Google Releases Client-Side Encryption for Enhanced Privacy

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Google takes data privacy a step further by introduction client-side encryption for Workspace users.
Source: Unsplash

Google, on Dec. 16, announced client-side encryption (CSE) for Gmail to increase customer data privacy. Users with accounts in Workspace Enterprise Plus, Education Plus, or Education Standard can now try out the beta version of the client-side encryption. 

Gmail will allow for encryption within its web browser and encrypt the email’s body and attachments—but not the heading or recipients list. On private keys—that is the central aspect of client-side encryption—Google warned that any customer keys lost or deleted will be on the customer and not Google, saying, “Your keys are managed at your discretion and at your own risk.”

Client-side encryption will ensure that emails remain private from prying eyes on servers. The integration of message encryption is welcome news, especially since a spate of email compromises and social media attacks had business administrators worried about security. 

Setting Up Client-Side Encryption with Google

The image shows Google's Support page outlining steps to set up client-side encryption for Gmail, in beta mode.
Google calls for super-user privileges to gain approval.
Source: Google Support Page

Workspace administrators will be able to set up client-side encryption with Google by following several steps. The setup process outlined in detail on Google’s Support page is as follows:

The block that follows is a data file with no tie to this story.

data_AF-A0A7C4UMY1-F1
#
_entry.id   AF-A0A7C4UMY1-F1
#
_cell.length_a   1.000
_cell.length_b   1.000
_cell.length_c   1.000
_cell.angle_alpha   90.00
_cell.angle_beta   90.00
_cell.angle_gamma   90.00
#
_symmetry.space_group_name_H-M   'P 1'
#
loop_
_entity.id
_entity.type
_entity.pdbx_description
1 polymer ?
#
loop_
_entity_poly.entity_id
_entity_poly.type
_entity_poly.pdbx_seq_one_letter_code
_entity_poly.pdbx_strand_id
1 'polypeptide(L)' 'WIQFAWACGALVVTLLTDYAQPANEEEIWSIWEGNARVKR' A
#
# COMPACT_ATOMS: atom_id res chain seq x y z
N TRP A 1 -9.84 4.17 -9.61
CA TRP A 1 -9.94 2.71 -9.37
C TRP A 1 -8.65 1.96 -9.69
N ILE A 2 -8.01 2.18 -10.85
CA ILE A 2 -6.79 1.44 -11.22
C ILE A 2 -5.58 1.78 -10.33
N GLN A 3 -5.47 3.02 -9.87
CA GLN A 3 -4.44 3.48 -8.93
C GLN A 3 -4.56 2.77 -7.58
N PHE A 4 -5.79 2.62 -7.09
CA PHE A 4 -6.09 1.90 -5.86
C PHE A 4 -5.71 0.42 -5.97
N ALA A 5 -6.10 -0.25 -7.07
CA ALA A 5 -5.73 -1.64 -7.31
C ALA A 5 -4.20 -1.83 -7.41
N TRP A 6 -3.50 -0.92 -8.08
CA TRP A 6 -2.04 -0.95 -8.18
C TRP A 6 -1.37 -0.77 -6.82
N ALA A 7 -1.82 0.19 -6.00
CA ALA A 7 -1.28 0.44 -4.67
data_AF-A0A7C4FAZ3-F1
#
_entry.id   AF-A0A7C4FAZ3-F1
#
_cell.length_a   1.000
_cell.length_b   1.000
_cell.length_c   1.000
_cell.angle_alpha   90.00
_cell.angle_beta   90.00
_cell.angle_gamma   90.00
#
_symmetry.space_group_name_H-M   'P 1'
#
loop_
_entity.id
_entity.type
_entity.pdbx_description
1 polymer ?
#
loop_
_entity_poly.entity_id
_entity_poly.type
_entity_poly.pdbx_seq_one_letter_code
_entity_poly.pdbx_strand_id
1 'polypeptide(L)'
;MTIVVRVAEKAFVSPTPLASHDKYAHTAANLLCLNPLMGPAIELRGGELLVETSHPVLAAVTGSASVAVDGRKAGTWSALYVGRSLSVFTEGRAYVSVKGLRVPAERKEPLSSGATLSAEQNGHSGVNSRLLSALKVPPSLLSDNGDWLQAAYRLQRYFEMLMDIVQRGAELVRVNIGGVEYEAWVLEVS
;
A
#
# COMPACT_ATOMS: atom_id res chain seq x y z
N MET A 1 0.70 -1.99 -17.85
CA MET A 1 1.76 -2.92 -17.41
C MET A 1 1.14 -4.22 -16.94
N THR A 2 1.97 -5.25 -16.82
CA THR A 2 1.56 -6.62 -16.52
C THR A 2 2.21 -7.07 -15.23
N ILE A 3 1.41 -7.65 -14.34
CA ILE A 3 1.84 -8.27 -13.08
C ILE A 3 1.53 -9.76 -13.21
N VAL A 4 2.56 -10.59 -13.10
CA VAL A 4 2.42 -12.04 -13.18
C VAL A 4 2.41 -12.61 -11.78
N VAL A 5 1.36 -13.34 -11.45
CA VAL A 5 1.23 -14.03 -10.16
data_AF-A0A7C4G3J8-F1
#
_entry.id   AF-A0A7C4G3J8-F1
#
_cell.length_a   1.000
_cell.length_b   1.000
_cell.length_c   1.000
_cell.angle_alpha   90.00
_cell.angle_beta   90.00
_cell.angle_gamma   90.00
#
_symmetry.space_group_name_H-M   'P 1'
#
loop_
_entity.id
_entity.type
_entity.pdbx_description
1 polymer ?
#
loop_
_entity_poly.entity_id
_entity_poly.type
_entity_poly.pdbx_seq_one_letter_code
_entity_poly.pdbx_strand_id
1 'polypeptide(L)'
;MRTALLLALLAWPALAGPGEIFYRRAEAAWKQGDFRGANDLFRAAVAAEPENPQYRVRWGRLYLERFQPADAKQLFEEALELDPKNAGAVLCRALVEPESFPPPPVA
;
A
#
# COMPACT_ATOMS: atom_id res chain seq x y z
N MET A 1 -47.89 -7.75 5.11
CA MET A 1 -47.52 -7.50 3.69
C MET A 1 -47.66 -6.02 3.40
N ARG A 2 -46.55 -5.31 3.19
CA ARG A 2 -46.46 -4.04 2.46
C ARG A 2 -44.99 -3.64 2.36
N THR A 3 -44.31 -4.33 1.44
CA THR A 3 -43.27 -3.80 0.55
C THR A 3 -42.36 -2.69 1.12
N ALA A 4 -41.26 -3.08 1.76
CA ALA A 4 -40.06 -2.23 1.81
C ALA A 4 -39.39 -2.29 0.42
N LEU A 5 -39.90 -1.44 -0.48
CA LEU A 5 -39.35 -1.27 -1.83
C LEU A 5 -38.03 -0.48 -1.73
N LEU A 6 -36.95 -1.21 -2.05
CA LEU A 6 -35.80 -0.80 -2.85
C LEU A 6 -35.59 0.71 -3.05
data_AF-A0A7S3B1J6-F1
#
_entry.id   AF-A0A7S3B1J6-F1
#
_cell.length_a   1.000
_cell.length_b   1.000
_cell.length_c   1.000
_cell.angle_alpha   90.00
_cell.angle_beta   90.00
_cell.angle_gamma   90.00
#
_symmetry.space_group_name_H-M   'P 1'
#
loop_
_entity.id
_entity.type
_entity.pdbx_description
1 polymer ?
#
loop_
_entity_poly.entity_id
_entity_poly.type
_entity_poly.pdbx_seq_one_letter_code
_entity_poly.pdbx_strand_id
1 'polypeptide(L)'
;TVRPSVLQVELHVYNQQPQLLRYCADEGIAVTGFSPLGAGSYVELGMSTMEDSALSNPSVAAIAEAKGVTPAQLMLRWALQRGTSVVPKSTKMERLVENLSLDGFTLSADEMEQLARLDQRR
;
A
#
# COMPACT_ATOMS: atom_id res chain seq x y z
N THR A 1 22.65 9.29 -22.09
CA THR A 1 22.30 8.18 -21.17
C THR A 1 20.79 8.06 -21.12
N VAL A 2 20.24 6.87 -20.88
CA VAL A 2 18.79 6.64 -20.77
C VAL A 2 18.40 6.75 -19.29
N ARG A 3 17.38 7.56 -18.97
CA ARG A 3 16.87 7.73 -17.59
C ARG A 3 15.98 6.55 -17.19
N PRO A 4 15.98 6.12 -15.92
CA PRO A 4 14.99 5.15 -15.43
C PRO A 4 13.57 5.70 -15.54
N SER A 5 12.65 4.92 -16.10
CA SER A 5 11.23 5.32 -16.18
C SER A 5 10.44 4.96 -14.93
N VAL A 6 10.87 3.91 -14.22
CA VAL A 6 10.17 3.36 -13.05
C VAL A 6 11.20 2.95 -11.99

1. Creating a new GCP project and enabling Gmail API 
  2. Allowing domain-wide access to the service account
  3. Making a test group of Google users
  4. Preparing certificates
  5. Setting up configuration key services and IDP

Once Workspace administrators receive approval by following the steps, they can set up client-side encryption for users. Each user will have their own key pair and S/MIME certificate, uploaded via Google’s API. 

Once set up, all users will need to do is click the “Turn On” button under the “Additional encryption” heading. When receiving an email with client-side encryption, recipients will see the words “Encrypted message” below the sender’s name. 

Why Use Client-Side Encryption?

The image shows Google's Support page describing in detail client-side encryption and why it's necessary.
Organizations have many reasons to use CSE, making it a highly recommended feature.
Source: Google Support Page

Google Workspace already provides encryption—but not client-side encryption with private keys. Client-side encryption encrypts information before it goes to Google’s cloud-based servers, giving users more privacy and security. 

According to Google Support, the two main reasons for enabling client-side encryption are increased privacy and regulatory compliance. Regulatory compliance is especially important in highly regulated industries such as financial services, government, or national defense. Moreover, compliance will help businesses avoid incurring huge fines for data breaches

Google’s CSE is currently available for Google Drive, Google Meet, and Google Calendar. But the features vary depending on the web, desktop, or mobile applications.